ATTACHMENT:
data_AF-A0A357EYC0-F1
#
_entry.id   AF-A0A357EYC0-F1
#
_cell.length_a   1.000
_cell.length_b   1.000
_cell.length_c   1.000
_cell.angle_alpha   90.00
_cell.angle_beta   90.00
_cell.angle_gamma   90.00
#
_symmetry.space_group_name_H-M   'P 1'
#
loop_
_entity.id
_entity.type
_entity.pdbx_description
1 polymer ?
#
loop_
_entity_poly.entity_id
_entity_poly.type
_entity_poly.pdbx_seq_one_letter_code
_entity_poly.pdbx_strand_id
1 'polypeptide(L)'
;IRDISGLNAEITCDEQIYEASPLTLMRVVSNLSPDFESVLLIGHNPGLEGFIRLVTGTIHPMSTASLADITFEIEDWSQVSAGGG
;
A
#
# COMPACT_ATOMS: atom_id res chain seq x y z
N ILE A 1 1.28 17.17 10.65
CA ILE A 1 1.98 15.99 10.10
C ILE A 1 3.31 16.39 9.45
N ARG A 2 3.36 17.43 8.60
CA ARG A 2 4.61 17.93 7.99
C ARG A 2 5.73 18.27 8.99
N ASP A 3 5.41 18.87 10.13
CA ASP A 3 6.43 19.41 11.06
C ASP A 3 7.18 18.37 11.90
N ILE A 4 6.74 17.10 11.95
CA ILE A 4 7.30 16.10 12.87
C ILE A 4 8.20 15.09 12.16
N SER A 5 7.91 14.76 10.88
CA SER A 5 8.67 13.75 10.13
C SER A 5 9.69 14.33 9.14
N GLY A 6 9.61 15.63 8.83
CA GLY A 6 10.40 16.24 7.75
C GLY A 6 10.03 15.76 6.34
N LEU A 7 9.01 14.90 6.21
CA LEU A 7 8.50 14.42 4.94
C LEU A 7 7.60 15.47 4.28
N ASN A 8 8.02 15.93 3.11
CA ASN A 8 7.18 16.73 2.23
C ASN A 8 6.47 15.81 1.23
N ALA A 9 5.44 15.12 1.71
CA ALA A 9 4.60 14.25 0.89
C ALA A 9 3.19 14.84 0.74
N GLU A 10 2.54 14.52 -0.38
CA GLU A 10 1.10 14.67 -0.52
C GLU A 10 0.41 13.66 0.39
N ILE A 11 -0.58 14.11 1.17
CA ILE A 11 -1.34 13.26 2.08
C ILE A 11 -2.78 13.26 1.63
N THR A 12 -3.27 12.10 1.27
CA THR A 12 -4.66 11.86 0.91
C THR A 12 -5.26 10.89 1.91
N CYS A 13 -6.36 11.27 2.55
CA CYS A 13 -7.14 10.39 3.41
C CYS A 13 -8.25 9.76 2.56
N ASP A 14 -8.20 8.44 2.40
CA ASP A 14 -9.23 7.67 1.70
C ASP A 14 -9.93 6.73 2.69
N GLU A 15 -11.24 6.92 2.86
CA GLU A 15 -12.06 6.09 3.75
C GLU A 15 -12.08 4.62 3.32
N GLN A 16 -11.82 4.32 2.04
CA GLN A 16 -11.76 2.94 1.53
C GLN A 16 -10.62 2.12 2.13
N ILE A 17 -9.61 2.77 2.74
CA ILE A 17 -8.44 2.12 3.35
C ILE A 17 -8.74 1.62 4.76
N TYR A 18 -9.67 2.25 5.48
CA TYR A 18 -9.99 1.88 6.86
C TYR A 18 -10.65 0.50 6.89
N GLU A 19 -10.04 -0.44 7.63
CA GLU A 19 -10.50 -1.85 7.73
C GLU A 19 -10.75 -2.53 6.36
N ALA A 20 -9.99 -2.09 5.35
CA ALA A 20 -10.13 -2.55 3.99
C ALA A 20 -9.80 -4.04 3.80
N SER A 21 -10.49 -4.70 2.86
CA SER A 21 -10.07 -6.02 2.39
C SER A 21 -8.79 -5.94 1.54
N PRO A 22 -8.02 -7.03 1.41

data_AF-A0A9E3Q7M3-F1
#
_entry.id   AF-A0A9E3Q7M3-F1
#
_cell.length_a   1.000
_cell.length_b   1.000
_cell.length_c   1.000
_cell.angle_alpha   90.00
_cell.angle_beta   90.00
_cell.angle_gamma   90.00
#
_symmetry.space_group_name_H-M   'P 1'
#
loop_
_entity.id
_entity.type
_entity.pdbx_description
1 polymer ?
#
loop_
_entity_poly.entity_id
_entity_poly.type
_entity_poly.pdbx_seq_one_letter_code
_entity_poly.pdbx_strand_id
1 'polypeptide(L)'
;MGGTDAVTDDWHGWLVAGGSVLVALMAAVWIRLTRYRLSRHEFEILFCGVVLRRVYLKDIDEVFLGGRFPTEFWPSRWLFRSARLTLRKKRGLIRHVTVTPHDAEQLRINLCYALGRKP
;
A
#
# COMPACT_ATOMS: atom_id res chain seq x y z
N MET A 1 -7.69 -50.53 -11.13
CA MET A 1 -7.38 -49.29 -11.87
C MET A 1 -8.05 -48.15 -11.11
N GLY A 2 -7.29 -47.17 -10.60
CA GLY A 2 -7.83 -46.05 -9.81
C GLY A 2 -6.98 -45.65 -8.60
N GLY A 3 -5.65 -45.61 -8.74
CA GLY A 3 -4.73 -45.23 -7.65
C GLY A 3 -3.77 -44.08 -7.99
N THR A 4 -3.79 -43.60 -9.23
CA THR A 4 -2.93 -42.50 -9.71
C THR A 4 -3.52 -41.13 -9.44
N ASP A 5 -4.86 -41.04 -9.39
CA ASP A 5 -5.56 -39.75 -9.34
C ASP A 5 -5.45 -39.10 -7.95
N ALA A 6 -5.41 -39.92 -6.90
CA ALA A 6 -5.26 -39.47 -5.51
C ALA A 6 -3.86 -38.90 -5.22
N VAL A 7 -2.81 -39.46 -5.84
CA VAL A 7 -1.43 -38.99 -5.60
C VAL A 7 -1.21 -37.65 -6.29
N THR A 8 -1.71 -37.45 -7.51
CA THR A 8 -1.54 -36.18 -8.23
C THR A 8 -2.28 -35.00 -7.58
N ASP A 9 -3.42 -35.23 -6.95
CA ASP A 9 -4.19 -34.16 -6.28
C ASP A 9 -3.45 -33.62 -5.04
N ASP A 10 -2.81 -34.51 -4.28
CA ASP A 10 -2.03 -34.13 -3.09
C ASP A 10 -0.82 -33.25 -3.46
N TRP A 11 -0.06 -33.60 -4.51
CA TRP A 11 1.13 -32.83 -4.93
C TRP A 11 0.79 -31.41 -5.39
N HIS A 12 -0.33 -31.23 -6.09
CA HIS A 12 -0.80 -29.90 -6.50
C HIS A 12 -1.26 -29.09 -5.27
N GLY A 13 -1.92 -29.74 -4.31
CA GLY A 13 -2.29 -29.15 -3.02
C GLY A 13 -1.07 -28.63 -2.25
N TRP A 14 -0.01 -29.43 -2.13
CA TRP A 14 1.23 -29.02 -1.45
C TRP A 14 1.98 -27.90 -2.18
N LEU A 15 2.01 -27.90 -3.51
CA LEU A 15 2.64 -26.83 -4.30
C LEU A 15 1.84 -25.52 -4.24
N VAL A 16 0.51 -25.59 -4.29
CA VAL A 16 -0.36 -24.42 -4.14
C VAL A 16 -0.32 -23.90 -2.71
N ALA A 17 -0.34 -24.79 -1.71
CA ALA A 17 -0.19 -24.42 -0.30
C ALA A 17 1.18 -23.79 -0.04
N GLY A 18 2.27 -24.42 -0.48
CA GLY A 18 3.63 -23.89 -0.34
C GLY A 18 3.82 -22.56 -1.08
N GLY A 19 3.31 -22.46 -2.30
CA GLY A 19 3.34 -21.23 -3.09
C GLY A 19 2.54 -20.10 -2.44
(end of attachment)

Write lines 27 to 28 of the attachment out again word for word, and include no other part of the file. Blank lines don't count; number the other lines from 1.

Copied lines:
;
A